Thursday, November 17, 2011

Road Trip Wednesday

Every Wednesday YA Highway ask a question Road Trip Wednesday which I was turned onto by reading a fellow writers blog Unavoidable Awkwardness by Laurie Dennison.  So I’m going to start taking part as often as I can because it’s just so much fun.

In high school, teens are made to read the classics - Shakespeare, Hawthorne, Bronte, Dickens - but there are a lot of books out there never taught in schools. So if you had the power to change school curriculums, which books would you be sure high school students were required to read?

                Okay so I don’t have a ton of time before I finish packing up the baked goods and head to meet friends but had to respond to this weeks question.  First let me say that my school reading experience was different than most it seems.  Sure we read Romeo & Juliet, sections of The Iliad, The Great Gatsby, The Scarlet Letter, and numerous others but not nearly as many as some others in different areas I’ve discovered.  I don’t know the reasoning but I turned out okay and my love for reading did not start there I can say that.

                What would I change?  I would keep some of the classics that have great lessons about different areas, for instance I love mythology.  I don’t care for the old English, I know most kids in school didn’t but it literally gave me a headache and is one of the reasons I never read The Scarlet Letter, but I passed every one of my tests with flying colors.  No I didn’t watch a movie, I simply found really good chapter notes online that broke the chapter down into 2-3 pages in normal everyday speak for me.  Even those notes didn’t make me interested in the book.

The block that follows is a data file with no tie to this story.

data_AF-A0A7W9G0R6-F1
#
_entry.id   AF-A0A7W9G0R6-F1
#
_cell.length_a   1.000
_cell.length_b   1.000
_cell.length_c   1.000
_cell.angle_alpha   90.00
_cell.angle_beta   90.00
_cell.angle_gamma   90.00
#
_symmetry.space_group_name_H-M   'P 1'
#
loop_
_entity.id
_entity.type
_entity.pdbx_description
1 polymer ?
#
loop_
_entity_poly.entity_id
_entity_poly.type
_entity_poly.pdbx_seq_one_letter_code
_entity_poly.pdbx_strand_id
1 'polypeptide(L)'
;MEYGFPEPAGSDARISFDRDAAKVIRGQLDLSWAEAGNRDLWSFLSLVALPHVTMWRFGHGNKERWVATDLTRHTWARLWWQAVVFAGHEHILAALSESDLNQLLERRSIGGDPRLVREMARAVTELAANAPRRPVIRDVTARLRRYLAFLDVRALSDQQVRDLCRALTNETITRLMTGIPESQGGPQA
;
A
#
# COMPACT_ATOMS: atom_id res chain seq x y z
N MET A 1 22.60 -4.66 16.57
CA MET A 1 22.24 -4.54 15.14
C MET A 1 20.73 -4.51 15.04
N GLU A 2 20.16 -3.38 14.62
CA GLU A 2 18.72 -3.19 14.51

That being said I know no matter what kids are going to use online notes and not read it’s unavoidable.  But I think mixing books in there that they can relate too but also have great depth like The Hunger Games trilogy or The Maze Runner trilogy you can teach about the developing issues in society.  I find that people relate better when they know the rules.  Reading about ‘old times’ they don’t really understand why people don’t just ‘do this’ or ‘do that’.  The ways people would react to that issue today has changed and the characters reasoning might no longer make sense.  A woman had an affair and the town shunned her…today pop culture is littered with cheating spouses some even claiming sex addiction.

                Overall I think the stories should be a mix or old and new but keep relevant to the world around them and if not then given better context.  I wish I could think of more books that have a great meaning and would be great for teaching but at the moment I am at a loss.  I think the main goal for reading in school is to educate, but also to inspire students to want to read.  Adding things they will enjoy and be eager to read I think would benefit everyone.  Well that is my opinion now off to finish getting ready.

1 comment:

  1. Good point- I would love to design a curriculum that alternated between modern YA and the classics, drawing connections between the two.